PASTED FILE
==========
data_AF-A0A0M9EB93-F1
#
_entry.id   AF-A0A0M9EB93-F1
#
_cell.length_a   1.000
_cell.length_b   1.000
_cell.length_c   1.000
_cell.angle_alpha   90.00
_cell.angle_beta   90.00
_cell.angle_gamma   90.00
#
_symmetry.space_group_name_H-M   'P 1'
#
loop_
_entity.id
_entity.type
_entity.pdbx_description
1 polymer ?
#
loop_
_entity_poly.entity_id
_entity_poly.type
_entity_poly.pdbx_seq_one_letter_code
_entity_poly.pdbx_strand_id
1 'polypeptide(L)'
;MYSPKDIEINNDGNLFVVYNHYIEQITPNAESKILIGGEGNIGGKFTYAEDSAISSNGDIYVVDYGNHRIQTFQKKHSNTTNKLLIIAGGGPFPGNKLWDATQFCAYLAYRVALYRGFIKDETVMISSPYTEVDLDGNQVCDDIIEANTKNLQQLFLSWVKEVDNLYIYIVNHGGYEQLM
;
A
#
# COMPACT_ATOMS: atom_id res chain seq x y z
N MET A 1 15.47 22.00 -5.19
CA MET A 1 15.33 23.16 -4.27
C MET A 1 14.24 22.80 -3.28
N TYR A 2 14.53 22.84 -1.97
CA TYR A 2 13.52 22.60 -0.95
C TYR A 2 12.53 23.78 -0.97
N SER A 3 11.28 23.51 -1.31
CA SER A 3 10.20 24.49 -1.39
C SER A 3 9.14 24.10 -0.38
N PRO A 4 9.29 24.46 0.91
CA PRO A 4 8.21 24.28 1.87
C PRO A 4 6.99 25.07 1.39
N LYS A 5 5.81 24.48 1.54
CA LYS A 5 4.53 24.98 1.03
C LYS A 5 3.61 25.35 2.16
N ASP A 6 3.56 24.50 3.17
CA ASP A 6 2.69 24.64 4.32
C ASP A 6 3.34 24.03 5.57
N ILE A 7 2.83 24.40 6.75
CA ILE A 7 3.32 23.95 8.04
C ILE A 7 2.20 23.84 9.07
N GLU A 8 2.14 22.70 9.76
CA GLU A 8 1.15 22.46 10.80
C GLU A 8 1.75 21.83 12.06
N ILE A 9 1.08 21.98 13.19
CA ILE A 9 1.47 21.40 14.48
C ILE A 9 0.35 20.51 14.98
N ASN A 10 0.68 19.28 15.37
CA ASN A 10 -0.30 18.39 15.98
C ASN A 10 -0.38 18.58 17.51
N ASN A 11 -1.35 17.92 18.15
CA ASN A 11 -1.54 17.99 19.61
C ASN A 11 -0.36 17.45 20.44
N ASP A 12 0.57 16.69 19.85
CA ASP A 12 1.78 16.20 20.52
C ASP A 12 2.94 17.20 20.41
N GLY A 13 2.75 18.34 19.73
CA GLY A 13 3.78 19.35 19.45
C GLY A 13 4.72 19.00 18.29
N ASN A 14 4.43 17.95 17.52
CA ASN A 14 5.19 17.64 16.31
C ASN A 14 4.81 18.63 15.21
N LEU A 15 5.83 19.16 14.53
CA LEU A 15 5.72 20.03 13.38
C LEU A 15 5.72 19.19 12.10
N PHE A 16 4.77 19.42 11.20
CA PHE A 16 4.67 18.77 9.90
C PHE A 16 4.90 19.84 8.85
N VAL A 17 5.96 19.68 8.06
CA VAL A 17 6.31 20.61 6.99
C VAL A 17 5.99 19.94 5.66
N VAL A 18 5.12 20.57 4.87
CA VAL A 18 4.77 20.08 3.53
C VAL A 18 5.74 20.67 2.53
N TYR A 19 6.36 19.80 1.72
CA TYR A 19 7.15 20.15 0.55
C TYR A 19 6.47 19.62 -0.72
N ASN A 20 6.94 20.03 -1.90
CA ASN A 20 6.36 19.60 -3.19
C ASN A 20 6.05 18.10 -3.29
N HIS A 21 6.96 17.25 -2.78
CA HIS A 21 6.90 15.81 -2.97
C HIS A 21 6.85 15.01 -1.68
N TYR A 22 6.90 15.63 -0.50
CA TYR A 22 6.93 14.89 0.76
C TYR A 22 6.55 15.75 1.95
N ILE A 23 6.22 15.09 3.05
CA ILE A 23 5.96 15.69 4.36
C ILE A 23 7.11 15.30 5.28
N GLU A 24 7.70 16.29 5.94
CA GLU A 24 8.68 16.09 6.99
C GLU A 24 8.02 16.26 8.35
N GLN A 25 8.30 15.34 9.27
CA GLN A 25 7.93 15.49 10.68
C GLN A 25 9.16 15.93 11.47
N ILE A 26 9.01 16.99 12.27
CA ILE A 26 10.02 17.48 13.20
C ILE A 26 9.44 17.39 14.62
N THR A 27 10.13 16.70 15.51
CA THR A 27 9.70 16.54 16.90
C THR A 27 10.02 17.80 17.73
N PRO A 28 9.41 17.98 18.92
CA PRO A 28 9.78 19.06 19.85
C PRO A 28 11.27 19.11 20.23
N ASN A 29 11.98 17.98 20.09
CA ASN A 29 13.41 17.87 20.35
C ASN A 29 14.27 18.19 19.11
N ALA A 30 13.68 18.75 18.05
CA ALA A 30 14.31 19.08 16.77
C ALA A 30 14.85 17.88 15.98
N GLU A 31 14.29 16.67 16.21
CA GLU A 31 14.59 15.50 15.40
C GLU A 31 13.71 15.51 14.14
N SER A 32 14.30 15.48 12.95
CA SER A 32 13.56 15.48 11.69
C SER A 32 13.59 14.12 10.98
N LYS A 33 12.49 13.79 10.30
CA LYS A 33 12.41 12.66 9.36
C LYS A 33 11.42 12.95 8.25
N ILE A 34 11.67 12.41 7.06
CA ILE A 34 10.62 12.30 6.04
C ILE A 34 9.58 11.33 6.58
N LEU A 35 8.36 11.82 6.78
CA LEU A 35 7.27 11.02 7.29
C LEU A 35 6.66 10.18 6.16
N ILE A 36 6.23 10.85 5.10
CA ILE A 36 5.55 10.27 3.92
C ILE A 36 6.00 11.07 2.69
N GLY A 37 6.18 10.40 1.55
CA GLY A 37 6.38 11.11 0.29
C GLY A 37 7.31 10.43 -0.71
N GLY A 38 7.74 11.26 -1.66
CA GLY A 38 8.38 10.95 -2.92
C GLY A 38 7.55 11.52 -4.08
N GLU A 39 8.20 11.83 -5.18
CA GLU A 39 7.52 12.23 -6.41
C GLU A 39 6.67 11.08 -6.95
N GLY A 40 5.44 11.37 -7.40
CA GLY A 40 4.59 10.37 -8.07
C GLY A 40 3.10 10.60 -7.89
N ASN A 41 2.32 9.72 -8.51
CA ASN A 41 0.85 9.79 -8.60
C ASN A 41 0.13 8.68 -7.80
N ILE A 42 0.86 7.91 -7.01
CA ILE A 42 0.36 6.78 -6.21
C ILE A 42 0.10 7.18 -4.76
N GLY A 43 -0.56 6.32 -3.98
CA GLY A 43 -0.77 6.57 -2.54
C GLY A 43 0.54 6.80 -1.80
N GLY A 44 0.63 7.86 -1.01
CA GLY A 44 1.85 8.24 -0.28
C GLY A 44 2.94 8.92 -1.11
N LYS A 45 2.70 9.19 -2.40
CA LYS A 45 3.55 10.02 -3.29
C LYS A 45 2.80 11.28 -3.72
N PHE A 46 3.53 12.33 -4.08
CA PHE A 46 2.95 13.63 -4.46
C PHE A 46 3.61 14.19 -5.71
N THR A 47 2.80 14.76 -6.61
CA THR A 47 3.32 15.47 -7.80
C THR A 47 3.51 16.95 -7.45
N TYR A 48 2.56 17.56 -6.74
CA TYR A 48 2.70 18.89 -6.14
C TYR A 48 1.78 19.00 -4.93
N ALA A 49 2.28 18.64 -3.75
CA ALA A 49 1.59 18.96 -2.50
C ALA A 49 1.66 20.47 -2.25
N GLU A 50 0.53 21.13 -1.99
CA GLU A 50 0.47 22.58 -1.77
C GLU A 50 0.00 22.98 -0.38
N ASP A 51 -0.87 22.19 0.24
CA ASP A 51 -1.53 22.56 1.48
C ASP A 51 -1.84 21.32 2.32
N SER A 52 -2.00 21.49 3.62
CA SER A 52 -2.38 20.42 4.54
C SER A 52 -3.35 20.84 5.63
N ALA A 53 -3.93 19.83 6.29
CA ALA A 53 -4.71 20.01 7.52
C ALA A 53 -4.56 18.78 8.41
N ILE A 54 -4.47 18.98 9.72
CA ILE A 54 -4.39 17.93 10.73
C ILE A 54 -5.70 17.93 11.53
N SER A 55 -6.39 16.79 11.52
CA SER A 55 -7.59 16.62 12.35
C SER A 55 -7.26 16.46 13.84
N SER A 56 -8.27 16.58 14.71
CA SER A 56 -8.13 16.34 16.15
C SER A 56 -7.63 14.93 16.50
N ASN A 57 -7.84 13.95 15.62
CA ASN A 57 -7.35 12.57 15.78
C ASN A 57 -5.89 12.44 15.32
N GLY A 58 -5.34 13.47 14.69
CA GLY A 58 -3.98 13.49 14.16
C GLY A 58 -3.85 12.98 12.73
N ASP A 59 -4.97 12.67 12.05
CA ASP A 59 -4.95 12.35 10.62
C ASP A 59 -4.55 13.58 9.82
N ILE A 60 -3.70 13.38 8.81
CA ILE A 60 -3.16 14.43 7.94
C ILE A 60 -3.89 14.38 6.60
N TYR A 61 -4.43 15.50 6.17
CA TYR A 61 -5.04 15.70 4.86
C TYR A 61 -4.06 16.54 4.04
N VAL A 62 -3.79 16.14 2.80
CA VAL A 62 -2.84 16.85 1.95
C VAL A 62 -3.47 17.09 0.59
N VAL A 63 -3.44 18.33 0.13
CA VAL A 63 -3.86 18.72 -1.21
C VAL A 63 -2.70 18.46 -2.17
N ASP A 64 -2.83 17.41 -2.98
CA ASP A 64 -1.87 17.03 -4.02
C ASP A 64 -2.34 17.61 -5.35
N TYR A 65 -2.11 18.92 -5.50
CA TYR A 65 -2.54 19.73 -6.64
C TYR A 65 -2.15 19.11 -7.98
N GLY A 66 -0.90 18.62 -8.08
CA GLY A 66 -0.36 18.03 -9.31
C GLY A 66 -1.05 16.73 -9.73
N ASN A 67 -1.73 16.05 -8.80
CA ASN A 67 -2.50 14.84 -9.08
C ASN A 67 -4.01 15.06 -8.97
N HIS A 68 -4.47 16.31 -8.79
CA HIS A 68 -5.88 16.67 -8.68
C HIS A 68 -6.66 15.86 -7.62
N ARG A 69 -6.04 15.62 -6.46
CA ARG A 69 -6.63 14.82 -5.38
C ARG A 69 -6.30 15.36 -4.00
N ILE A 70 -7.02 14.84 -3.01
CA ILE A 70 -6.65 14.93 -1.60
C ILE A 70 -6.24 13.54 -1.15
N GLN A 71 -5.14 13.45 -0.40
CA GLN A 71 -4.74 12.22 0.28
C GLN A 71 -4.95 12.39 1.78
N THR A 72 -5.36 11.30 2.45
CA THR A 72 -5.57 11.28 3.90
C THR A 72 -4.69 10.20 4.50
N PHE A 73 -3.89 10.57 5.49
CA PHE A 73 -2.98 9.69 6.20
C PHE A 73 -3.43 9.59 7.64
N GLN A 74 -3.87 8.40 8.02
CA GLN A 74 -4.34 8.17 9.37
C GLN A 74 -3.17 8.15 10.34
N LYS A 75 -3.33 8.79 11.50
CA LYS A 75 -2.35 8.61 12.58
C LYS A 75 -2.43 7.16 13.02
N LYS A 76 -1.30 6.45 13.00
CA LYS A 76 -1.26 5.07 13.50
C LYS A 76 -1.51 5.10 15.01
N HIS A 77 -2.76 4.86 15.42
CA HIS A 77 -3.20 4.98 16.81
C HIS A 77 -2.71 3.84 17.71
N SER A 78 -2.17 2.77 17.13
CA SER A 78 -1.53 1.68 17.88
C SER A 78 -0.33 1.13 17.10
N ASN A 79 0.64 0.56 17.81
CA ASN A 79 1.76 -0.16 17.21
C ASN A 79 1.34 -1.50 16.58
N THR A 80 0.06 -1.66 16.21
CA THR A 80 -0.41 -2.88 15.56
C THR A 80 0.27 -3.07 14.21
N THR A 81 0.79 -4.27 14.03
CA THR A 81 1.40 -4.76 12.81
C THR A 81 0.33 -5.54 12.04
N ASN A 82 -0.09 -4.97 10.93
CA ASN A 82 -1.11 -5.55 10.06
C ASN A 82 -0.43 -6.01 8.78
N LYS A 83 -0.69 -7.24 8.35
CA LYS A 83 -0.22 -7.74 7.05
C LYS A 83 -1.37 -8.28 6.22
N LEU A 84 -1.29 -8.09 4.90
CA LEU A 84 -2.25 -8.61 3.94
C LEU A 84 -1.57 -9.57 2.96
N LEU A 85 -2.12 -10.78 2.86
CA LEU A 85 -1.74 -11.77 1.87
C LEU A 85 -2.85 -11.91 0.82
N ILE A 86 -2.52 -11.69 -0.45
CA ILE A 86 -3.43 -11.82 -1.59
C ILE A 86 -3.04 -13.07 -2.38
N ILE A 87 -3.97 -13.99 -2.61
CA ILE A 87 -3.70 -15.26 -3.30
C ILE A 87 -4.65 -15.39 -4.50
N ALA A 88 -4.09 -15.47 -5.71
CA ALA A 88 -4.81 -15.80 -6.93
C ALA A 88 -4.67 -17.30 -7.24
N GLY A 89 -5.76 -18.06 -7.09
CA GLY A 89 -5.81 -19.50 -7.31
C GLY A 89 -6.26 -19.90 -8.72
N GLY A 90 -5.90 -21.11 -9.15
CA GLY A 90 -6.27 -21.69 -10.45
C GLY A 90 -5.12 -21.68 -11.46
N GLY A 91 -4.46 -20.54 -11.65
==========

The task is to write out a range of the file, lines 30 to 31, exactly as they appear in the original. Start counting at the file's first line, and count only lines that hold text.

# COMPACT_ATOMS: atom_id res chain seq x y z
N MET A 1 15.47 22.00 -5.19